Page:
By Serena Gordon
TUESDAY, March 23 (HealthDay News) -- A new form of inhaled insulin appears to help people with diabetes who must use insulin, with fewer potential risks than an earlier form of inhaled insulin that is no longer on the market.
The new drug, Afrezza, which is awaiting approval from the U.S. Food and Drug Administration, works faster, keeps blood sugar levels at a closer to normal level and has less risk of causing low blood sugar levels (hypoglycemia) than currently available injectable insulins, researchers say. It also appears to have less risk of causing lung problems than its inhaled predecessor, Exubera.
"Afrezza is an ultra-rapid-acting insulin, and clinical studies have shown us that it has the potential to change diabetes therapy, because in the body, Afrezza looks like the insulin that's normally in a person's body," said Andrea Leone-Bay, vice president of pharmaceutical development for MannKind Corp., manufacturer of Afreeza.
"Afrezza differs a lot from Exubera," she said, both in the way it's made and in the way it works.
Afrezza uses a novel technology called Technosphere, according to Leone-Bay. It's inhaled as a dry powder that dissolves in the lungs. The particles then pass through the lungs into the bloodstream and begin acting almost immediately. Afrezza's action peaks about 12 to 15 minutes after inhalation, instead of the 45 to 60 minutes it takes for Exubera to peak, she said.
That fast action helps to keep after-meal blood sugar levels lower, which is a goal for people with diabetes. And Afrezza is less likely to cause hypoglycemia, a common problem that occurs when insulin levels are higher than required for a meal.
The idea of an inhaled insulin appeals to diabetics who must use insulin every time they eat. Currently, the only way to get that insulin is through injection or an insulin pump that must be inserted in a new site under the skin every few days.
In 2006, the first inhaled insulin, Exubera, received FDA approval. However, the drug was pulled from the market in October 2007 by its manufacturer, Pfizer, because of disappointing sales. From the beginning, concerns surfaced about the effects the drug might have on the lungs. One study found a reduction in lung function for some, but of more concern was an increased risk of lung cancer associated with its use. This finding came after Exubera had been pulled from the market, and the sample size wasn't large enough to draw a definitive link between the drug and the increased risk of lung cancer.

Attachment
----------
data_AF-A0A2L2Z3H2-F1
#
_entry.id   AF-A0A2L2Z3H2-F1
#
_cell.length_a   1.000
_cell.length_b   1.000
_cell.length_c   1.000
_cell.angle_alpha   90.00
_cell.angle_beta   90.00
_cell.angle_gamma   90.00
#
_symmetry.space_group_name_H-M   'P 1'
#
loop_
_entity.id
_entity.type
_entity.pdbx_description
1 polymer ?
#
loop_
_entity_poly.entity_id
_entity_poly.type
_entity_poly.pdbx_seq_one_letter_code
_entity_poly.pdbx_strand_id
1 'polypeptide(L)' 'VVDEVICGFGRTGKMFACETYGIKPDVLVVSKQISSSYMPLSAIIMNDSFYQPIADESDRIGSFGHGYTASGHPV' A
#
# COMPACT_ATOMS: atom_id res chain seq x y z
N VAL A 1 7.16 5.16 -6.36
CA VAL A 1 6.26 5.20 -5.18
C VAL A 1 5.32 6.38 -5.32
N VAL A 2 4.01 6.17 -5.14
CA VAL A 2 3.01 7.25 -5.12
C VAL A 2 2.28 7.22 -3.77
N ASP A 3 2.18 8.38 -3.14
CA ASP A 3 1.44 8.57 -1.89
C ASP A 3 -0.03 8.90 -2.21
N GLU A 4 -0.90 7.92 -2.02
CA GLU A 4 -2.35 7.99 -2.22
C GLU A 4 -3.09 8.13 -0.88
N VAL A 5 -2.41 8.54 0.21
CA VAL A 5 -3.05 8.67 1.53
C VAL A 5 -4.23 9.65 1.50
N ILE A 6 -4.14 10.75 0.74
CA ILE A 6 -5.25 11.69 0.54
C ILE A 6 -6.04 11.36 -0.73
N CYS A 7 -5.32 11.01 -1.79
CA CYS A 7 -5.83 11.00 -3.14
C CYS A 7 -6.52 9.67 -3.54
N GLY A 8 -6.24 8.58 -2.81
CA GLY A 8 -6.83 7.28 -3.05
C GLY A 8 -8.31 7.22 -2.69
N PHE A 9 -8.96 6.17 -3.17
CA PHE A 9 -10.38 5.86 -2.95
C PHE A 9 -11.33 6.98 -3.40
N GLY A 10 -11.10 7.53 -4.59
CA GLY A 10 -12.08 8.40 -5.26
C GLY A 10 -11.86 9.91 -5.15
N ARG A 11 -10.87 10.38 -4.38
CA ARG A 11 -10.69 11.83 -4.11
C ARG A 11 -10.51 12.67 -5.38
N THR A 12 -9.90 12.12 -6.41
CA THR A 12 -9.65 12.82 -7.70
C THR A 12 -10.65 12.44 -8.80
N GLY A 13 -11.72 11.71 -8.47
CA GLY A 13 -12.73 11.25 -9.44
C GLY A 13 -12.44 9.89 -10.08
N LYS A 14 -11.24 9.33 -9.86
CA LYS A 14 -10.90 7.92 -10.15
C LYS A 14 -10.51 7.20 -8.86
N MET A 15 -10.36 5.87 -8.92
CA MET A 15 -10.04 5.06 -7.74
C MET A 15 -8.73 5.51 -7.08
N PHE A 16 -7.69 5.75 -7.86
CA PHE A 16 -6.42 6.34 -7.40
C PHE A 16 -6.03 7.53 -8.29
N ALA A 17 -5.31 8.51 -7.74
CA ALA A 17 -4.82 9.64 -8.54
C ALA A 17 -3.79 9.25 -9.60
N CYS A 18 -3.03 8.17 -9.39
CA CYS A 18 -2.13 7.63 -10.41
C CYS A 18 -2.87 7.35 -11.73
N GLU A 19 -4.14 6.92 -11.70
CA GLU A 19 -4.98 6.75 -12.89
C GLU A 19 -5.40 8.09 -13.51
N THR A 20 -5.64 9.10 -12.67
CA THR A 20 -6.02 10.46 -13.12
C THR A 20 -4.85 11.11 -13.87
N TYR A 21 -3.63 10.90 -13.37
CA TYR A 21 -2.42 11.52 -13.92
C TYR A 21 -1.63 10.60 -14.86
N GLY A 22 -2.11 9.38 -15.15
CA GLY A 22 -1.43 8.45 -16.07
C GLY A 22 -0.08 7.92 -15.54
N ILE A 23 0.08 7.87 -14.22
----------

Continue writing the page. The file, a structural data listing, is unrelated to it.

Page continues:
Leone-Bay said that cancer studies have been conducted on Afrezza in rats. The rats got a much higher inhalation dose than humans would take, and the researchers didn't find an increase in lung cancer. She said these types of studies weren't done on Exubera.
"They have done the required safety studies and come out clean, but it's only been tested for six months, so long-term isn't known," said Sanjoy Dutta, director of the insulin initiative at the Juvenile Diabetes Research Foundation.
Dutta confirmed that Afrezza is fast-acting and less likely to cause low blood sugar. "Just as quickly as it has an onset of action, it also has a quick off mechanism. It doesn't stay around long enough to cause hypoglycemia," he said.
While Afrezza looks promising, it can't replace all injections for people with diabetes. Because it's fast-acting, it can't provide the long action of insulin known as basal insulin. It will only replace meal-time insulin.
Afrezza may have an impact on lung function, but Leone-Bay said once people stopped taking Afrezza, this effect went away. The company is conducting clinical trials to assess Afrezza in people with asthma.
Leone-Bay was to explain the Technosphere technology Tuesday at the American Chemical Society annual meeting in San Francisco. MannKind hopes the technology used in Afrezza might help deliver drugs that treat pain and osteoporosis, too.
Learn more about both types of diabetes and treatments from the National Institute of Diabetes and Digestive and Kidney Diseases.
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